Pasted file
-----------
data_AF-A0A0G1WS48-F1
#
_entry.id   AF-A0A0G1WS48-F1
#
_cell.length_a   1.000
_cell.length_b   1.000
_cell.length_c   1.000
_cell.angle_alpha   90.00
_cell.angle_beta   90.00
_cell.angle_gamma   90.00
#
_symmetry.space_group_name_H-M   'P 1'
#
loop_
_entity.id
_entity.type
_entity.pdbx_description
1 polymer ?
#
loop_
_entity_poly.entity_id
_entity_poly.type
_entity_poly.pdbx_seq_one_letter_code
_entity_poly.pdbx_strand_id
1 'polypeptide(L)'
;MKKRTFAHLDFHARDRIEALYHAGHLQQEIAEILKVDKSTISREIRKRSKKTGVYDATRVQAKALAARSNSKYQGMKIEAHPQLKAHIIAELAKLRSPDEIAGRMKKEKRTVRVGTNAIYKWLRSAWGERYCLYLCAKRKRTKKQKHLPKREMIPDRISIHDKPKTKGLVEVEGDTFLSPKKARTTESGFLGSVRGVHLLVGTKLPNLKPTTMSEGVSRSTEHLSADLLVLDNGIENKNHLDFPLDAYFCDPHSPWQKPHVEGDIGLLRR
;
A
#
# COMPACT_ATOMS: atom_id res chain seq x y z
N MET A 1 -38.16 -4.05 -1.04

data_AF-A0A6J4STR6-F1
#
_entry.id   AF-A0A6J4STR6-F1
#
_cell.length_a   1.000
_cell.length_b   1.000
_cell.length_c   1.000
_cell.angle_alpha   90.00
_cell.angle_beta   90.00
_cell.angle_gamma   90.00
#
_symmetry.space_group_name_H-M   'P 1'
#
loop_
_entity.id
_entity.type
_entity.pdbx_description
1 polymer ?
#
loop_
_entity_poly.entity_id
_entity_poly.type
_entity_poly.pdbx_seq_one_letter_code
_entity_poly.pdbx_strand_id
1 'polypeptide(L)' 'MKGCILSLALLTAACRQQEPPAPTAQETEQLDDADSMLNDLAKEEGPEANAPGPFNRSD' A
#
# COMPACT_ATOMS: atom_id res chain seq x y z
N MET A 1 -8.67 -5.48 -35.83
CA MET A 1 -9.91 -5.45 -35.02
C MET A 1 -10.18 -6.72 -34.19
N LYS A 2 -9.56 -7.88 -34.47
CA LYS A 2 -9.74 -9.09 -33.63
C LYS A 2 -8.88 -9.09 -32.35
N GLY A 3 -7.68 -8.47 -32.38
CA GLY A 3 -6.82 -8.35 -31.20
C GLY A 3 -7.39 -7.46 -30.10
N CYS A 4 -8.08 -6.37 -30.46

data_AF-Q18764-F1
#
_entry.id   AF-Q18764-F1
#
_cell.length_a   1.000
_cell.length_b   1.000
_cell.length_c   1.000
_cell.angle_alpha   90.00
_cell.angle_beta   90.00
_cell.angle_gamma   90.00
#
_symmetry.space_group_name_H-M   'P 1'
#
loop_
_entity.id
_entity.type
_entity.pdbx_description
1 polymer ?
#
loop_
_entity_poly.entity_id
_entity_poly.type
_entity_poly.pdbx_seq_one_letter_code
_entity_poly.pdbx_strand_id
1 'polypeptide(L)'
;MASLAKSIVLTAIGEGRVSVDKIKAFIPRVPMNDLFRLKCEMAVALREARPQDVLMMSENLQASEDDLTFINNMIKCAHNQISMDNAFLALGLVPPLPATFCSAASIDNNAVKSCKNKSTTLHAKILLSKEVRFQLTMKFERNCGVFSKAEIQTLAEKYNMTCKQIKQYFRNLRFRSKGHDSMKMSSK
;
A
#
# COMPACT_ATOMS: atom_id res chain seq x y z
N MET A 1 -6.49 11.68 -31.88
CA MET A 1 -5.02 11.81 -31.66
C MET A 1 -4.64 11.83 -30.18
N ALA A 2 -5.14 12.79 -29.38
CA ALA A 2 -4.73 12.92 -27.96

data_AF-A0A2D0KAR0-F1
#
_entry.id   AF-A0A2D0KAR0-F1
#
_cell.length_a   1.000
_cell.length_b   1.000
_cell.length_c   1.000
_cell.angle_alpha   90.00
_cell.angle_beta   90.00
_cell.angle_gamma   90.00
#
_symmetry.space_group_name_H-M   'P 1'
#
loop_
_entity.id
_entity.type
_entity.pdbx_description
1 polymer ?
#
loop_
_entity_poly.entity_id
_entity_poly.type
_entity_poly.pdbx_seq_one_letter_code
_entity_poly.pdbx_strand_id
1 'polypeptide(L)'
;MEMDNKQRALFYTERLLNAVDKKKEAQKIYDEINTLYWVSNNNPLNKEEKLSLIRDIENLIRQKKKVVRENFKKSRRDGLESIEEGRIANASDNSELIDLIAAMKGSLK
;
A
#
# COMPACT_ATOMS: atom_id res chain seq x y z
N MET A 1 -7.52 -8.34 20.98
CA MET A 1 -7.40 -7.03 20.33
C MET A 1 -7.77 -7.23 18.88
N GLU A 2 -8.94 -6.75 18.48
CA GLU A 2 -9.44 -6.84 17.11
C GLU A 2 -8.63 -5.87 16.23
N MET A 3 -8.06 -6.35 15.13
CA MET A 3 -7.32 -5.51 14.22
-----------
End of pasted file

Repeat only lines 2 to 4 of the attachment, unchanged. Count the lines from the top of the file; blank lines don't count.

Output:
#
_entry.id   AF-A0A0G1WS48-F1
#